So it is said that if you know others and know yourself, you will not be imperiled in a hundred battles; if you do not know others but know yourself, you win one and lose one; if you do not know others and do not know yourself, you will be imperiled in every single battle.

Profound advice from a great general – one does not go into any competition without knowing the opponents. Athletes do not step onto the field without spending house analyzing every available movie showing their opponents at play and generals dissect enemy strategies to tiny details before forming their own.

So tell me, do you think The Art of War is still relevant today?

Buy this book in paper or elec­tronic format

Zohar – Man of la Book
Disclaimer: I bought this book

BOOK BLOGGERS – Have you read The Art of War? If so link up your review below:

--- Please like and follow ManOfLaBook.com ---

7 Comments

  • Jonathan June 14, 2012 at 10:35 am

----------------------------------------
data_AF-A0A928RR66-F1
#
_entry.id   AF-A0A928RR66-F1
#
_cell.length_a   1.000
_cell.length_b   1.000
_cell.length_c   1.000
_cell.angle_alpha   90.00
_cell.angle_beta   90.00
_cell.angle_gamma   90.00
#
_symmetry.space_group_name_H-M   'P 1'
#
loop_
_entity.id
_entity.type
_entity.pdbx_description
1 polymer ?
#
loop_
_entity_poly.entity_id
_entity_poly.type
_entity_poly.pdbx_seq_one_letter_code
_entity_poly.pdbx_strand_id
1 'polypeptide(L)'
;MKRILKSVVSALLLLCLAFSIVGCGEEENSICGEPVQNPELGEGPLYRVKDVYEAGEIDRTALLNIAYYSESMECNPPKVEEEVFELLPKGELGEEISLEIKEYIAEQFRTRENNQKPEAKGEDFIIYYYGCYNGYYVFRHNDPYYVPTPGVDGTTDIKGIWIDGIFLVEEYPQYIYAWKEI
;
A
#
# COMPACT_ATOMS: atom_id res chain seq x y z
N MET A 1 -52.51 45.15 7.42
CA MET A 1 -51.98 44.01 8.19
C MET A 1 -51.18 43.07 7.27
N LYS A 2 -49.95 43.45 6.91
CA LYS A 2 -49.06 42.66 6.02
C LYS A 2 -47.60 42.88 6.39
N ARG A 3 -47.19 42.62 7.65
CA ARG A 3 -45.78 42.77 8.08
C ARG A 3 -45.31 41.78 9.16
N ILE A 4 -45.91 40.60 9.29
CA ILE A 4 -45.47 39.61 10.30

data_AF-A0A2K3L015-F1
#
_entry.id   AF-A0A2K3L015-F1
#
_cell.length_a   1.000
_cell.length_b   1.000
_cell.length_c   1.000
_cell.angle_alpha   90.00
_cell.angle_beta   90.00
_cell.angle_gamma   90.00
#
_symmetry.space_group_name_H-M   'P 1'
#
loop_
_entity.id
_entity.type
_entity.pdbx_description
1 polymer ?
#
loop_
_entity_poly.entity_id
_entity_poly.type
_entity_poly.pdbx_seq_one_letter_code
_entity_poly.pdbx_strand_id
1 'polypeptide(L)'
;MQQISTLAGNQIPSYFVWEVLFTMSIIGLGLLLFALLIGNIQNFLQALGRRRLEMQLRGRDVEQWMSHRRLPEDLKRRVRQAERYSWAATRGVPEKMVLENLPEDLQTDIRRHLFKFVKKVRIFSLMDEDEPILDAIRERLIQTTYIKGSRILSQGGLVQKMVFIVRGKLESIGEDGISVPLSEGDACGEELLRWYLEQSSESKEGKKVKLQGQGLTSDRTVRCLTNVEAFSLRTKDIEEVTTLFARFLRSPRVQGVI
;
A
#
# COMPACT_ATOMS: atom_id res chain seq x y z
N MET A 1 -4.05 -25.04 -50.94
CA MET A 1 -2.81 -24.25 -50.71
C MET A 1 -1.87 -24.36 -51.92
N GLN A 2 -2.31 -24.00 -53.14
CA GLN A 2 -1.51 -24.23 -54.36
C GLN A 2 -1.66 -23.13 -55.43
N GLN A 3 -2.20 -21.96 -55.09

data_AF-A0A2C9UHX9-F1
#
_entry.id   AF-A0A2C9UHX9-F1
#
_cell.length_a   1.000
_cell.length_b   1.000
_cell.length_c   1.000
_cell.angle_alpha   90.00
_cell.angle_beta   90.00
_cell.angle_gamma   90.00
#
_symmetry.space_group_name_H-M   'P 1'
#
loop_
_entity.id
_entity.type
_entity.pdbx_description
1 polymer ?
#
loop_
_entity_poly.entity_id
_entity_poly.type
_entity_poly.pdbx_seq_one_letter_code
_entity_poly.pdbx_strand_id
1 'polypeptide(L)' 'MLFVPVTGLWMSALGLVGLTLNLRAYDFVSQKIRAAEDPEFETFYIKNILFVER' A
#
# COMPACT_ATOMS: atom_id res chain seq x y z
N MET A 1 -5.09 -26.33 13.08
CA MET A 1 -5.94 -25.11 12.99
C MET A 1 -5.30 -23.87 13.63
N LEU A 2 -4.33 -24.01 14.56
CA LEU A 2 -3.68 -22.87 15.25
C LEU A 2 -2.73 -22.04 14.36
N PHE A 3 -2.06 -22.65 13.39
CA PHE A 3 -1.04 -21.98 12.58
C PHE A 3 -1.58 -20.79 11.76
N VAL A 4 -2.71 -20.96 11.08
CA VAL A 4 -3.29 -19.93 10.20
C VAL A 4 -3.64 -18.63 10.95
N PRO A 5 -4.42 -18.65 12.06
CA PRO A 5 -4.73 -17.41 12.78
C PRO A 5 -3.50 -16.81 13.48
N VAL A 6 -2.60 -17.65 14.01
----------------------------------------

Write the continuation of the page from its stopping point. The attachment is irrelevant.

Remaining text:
Great review, Z. I’ve never read The Art of War (even thouth I have it on a bookshelf somewhere), but you’re right. So much of the wisdom there is applicable to many different aspects of life. It should be required reading for… well, just about anything.

    So… I guess maybe I should take my own advice, then?

    Jonathan @ http://www.ireadabookonce.com

    • Zohar - Man of la Book June 14, 2012 at 11:17 am

      Thanks for stopping by Jonathan, it’s a quick read but don’t underestimate the advice.

  • Jill June 14, 2012 at 11:37 am

    What is it with you men and war.
    War, war, war all the time. This book should never have been written.
    I read it and it is DISGUSTING.

    You declined to mention of of Santsu’s “important” stories where he beheads two women for not falling in line.
    O-M-G!!!!!!!!!!!!!!!

    Men are pigs for even looking at this book, I cant see any woman reading this kind of garbag and liking it.

    • Jonathan June 14, 2012 at 2:11 pm

      Wow… just, wow. I don’t want to start a flame war on Z’s blog, but if you apply your same logic to, I dunno, Oliver Twist, then everyone who reads it and enjoys the book is an anti-semite since the primary villain is a Jew.